Policing Speech?

This just seems silly.  I understand that LGBTQ folks endure a lot of trauma due to social ignorance.  But this is not right — penalizing people for being confused in the face of something unfamiliar.

Policing of speech: NYC to fine businesses for not using the correct gender pronoun

© blazing cat fur

As if the U.S. needed still more laws legislating political correctness, New York City Mayor Bill de Blasio’s Commission on Human Rights now claims city businesses and entities which ‘fail to address customers by their preferred gender pronouns,’ such as Mr. or Mrs., could face fines up to $250,000.

Yes, seriously.

In a “legal enforcement guidance” issued under New York City Human Rights Law, “employers and converted entities” are now required “to use an individual’s preferred name, pronoun and title (e.g., Ms./Mrs.) regardless of the individual’s sex assigned at birth, anatomy, gender, medical history, appearance, or the sex indicated on the individual’s identification,” reported the Washington Times.

Though potentially well-intentioned, the policing of speech — and, in this case, subjective interpretation — represents the slipperiest of slopes, complete with grave financial consequences, particularly for smaller businesses.

Issued in December, the mandate expands human rights law and notes some individuals prefer to be addressed by non gender-specific pronouns and titles, such as “they/them/theirs or ze/hir.” As the Times noted, the “former are plurals being drafted for use in the singular, while the latter are among several alternative pronoun systems developed by academics and/or LGBT communities.”

While such systems certainly deserve respect for more fairly addressing individuals who feel they cannot be described in traditional language, the legislation — with penalty — of such a system is profoundly troubling for a society founded on freedom.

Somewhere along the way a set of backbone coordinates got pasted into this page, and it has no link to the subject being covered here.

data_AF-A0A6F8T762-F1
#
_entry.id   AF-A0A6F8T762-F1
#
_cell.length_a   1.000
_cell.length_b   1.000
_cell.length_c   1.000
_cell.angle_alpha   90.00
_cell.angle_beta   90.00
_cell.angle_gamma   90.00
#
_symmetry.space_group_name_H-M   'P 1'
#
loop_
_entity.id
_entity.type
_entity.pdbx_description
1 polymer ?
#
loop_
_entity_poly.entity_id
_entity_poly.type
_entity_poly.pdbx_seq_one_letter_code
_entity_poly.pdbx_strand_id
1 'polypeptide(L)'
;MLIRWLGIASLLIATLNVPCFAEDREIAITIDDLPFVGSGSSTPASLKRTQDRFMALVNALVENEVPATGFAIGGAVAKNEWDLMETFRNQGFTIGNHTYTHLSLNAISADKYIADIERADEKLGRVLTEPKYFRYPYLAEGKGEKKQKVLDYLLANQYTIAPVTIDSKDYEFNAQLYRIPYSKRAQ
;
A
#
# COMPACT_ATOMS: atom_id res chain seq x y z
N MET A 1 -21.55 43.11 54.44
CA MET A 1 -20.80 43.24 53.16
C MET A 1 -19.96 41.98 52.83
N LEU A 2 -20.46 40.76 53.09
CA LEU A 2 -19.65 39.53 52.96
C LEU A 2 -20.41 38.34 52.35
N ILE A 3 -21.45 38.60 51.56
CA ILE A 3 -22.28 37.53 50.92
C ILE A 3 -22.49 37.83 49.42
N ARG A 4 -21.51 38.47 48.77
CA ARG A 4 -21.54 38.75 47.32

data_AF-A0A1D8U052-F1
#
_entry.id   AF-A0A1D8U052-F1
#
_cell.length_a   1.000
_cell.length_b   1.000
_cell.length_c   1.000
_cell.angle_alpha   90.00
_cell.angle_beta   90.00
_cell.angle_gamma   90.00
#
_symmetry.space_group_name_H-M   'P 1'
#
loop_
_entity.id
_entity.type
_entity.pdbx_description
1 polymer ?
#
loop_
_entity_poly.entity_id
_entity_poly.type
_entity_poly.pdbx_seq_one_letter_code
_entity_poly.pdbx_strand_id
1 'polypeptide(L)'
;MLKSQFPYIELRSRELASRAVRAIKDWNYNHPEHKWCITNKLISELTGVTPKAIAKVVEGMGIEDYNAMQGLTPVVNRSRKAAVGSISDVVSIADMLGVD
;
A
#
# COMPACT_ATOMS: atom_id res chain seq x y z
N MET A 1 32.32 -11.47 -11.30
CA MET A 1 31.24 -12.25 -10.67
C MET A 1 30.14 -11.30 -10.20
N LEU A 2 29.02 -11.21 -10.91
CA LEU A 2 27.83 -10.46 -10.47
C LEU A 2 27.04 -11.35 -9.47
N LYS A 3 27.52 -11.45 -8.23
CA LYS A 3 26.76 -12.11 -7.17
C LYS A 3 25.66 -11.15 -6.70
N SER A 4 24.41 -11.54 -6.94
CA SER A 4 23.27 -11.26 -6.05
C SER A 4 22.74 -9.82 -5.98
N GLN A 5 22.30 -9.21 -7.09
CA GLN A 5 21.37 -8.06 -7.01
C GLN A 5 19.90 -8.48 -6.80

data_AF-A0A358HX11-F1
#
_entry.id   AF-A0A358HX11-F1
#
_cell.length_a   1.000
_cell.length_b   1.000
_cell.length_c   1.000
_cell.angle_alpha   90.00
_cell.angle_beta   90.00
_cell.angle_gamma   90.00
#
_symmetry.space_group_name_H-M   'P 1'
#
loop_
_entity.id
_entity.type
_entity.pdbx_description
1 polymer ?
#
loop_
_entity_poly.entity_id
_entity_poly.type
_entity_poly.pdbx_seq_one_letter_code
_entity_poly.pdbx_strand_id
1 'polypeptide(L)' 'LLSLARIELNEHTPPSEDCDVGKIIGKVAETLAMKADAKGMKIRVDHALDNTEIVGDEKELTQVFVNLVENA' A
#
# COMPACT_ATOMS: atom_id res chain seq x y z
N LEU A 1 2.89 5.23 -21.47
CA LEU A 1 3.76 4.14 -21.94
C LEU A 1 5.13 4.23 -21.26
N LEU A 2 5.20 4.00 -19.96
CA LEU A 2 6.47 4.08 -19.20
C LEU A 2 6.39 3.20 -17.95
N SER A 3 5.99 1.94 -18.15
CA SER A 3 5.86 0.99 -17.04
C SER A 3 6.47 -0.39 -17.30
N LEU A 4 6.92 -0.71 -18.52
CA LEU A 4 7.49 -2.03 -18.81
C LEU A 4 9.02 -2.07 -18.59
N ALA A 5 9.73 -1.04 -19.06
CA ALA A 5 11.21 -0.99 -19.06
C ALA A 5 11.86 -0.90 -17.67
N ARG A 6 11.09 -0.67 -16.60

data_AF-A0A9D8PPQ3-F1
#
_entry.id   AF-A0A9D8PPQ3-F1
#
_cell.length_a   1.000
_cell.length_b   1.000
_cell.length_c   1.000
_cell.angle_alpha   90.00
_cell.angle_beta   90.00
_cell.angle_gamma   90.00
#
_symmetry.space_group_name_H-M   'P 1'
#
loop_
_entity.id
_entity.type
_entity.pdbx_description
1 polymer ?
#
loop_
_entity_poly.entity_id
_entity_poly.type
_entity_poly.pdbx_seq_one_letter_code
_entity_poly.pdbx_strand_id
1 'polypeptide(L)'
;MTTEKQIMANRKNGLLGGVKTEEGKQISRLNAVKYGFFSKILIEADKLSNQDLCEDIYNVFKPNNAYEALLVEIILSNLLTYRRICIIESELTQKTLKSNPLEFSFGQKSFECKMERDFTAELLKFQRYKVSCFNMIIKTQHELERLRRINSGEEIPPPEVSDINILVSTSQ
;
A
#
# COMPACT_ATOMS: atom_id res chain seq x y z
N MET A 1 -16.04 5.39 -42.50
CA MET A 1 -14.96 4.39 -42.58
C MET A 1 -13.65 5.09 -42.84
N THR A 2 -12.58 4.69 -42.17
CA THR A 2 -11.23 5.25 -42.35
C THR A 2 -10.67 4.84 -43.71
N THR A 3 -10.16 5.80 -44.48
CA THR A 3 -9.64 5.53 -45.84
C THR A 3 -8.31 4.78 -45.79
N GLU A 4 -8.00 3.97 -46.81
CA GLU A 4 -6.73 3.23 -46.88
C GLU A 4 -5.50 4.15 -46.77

This also marks a departure of the traditional construct that freedom of speech must vehemently defend the right of individuals to offend through language, rather than the right of others not to be offended. Careful consideration of this view isn’t required for understanding its significance. Being offended is an inherently subjective position — and in stripping the right to offend from even a single person, the dominoes of censorship quickly follow.

New York City’s penalties for violation of the law evidence this clearly — including “the intentional and repeated refusal to use an individual’s preferred name, pronoun or title.”

In other words, offending someone could now cost you — severely. “Misgendering” will garner a fine of $125,000, but if it is the “result of willful, wanton, or malicious conduct” — ‘malicious’ and ‘willful’ marking another subjective interpretation — the maximum potential penalty doubles to $250,000.

Even more absurdly, the guide claims businesses could avoid penalties “by creating a policy of asking everyone what their preferred gender pronoun is so that no individual is singled out for such questions and by updating their system to allow all individuals to self-identify their names and genders. They should not limit the options for identification to male and female only.”

Is New York City testing the waters for Orwell’s infamous Thought Police?

As cited by the Times, law professor Eugene Volokh penned in his blog, the Volokh Conspiracy, concerns about reckoning the law with First Amendment guarantees on free speech:

So people can basically force us — on pain of massive legal liability — to say what they want us to say, whether or not we want to endorse the political message associated with the term, and whether or not we think it’s a lie.”

Beyond explosive current national discussion about the rights of transgendered individuals, it seems we’ve become a nation so concerned with whose feelings are trampled, the government has decided to legislate the controversy. Though the Bill of Rights and Constitution intended to protect us equally, the State clearly isn’t seeing the forest for the trees on the matter of offending various groups.

One quite specific and fundamentally crucial point those who offend should forever maintain in their favor over those feeling offended lies in the ‘hurt’ person’s ability to ignore the offensive speech. And even when that offensive speech intends to harm someone, the individual is under no obligation to continue the exchange.

Aside from ‘sticks and stones may break my bones but words will never hurt me,’ whatever happened to people’s ability to just walk away?

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